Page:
At Waddesdon Church of England School we are fully committed to the educational programme on offer for our students and believe that all children can make the right decisions through careful consultation. Key Stage 4 is an important time in any child’s education as it lays foundations for Key Stage 5, university, lifelong learning and the world of work. Heads of Year and Form Tutors work closely with staff and students and welcome support from parents.
Subject choices should be based on:
- The need for a balanced education
- Pathways to post-16 learning and higher education
- Career aspirations
- Personal abilities and interests
- The changing/advancing world of the 21st Century
Our prospectus shows the range of educational opportunities available during Years 9, 10 and 11. We are very grateful for your continuing support at this important stage in your child’s education.
Frequently Asked Questions
What is the English Baccalaureate (Ebacc)?
The Government is recommending that all students take a foreign language and either History or Geography at GCSE Level. This may be suitable for your son or daughter, but we are not making these subjects compulsory. Your son/daughter has been asked to think about whether these are the right subjects for him/her.
What are the STEM subjects?
In the past the Government has also emphasised the importance of studying Science, Technology, Engineering and Maths. These subjects are sometimes seen more favourably by employers and relate to future career paths. On the whole, we do not advise your son/daughter to take Engineering as well as a second Technology subject.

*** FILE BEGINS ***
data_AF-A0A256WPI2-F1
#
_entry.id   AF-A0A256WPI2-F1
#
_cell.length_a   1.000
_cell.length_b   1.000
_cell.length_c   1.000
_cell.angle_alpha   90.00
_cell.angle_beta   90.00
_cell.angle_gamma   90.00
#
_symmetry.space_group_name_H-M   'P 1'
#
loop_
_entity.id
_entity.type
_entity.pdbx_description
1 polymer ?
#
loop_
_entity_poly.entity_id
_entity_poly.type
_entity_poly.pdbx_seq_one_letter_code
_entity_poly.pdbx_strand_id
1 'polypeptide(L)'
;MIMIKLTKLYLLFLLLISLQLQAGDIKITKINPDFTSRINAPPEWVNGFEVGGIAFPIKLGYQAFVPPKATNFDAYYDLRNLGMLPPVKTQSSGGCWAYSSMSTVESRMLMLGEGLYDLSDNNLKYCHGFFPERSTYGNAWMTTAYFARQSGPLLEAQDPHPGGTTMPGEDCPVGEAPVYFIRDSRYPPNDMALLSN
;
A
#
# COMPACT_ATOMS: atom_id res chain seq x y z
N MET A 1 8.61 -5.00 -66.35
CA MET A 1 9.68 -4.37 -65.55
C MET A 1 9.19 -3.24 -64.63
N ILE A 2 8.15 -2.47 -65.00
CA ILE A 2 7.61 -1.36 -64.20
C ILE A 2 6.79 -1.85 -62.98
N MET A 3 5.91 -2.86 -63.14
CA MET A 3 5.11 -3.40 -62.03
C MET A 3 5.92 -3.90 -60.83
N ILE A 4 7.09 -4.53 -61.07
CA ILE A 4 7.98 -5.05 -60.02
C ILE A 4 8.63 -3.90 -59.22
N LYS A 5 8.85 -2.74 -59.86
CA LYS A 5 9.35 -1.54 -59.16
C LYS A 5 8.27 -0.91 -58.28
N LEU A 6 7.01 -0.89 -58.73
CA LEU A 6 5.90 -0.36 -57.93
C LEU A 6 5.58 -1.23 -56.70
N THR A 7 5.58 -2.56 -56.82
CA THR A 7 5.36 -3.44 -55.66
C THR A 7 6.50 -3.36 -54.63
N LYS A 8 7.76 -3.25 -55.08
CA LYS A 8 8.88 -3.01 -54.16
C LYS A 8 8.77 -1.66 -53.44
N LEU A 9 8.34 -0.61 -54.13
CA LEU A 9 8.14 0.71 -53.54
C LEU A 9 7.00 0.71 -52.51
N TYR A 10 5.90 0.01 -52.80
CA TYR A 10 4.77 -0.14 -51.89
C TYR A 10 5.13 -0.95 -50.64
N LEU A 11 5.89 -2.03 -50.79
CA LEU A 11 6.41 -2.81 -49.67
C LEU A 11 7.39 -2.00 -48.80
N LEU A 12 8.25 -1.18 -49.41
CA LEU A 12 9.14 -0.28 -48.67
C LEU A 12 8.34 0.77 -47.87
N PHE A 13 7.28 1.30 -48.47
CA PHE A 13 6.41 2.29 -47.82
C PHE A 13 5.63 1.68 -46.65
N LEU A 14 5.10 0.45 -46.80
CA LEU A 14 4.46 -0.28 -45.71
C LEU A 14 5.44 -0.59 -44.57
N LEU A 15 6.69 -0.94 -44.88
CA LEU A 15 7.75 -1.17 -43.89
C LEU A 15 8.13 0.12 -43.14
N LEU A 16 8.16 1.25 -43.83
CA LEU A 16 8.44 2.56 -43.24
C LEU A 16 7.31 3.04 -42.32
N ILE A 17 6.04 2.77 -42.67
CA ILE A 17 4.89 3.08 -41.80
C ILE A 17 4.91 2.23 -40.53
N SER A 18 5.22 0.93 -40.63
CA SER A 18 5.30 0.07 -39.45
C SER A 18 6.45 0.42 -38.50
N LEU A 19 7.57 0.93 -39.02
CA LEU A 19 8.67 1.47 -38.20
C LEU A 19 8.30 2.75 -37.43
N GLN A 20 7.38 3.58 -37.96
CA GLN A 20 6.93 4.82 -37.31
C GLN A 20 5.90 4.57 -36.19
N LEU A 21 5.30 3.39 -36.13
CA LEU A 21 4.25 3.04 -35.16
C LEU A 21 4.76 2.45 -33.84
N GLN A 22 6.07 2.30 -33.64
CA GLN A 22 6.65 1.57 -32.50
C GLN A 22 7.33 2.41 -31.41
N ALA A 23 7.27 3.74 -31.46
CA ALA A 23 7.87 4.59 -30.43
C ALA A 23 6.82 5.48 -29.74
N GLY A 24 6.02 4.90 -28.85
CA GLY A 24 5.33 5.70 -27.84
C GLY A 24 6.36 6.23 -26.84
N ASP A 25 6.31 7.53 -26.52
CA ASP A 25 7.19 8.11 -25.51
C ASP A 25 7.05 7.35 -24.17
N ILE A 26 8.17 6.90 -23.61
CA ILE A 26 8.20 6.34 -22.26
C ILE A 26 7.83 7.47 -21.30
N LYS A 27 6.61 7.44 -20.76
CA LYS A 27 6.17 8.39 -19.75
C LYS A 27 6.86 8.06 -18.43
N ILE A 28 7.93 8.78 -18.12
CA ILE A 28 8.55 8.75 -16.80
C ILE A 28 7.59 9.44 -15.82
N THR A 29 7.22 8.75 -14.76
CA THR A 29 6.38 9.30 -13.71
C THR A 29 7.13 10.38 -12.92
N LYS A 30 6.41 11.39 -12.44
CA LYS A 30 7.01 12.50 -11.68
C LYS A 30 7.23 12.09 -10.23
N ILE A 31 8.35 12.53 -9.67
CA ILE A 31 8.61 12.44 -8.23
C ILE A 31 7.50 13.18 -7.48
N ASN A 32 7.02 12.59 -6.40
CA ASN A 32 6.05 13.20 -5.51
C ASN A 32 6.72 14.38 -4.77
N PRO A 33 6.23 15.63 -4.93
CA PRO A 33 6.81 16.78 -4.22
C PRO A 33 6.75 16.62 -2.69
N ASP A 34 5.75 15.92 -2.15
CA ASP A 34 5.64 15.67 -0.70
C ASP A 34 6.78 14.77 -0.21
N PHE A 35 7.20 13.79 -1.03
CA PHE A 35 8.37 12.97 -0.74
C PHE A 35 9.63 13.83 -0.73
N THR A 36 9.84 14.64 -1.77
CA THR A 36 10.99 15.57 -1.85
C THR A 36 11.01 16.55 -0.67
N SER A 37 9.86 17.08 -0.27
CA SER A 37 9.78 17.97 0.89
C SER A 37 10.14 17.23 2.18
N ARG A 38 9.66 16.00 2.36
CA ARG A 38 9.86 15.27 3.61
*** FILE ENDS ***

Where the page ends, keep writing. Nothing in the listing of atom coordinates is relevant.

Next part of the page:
How are the final choices decided?
Since we do not ask students to pick from prescribed pathways or option blocks, it is only once the choices have all been submitted that we sort the choices into groups for timetabling purposes. Usually there are about 20 students who need to choose another option. This is done in consultation with your son/daughter and is the reason why we ask your child to offer two reserve choices. Please be aware that we will not run a course if too few students opt for it.
As a student, where can I get additional advice and help?
If you are looking for additional help, then there are many people who can listen to you and advise you. Speak to your parents and your teachers first. Then consider talking to the subject leader for the subjects that you would like to know more about. Don’t forget that students from older year groups can often give you good advice and have been in your situation most recently.
Our in-school Careers Advisor, Miss Bridges, will be able to talk to you as well as helping you to gather more information through contacts with external support agencies.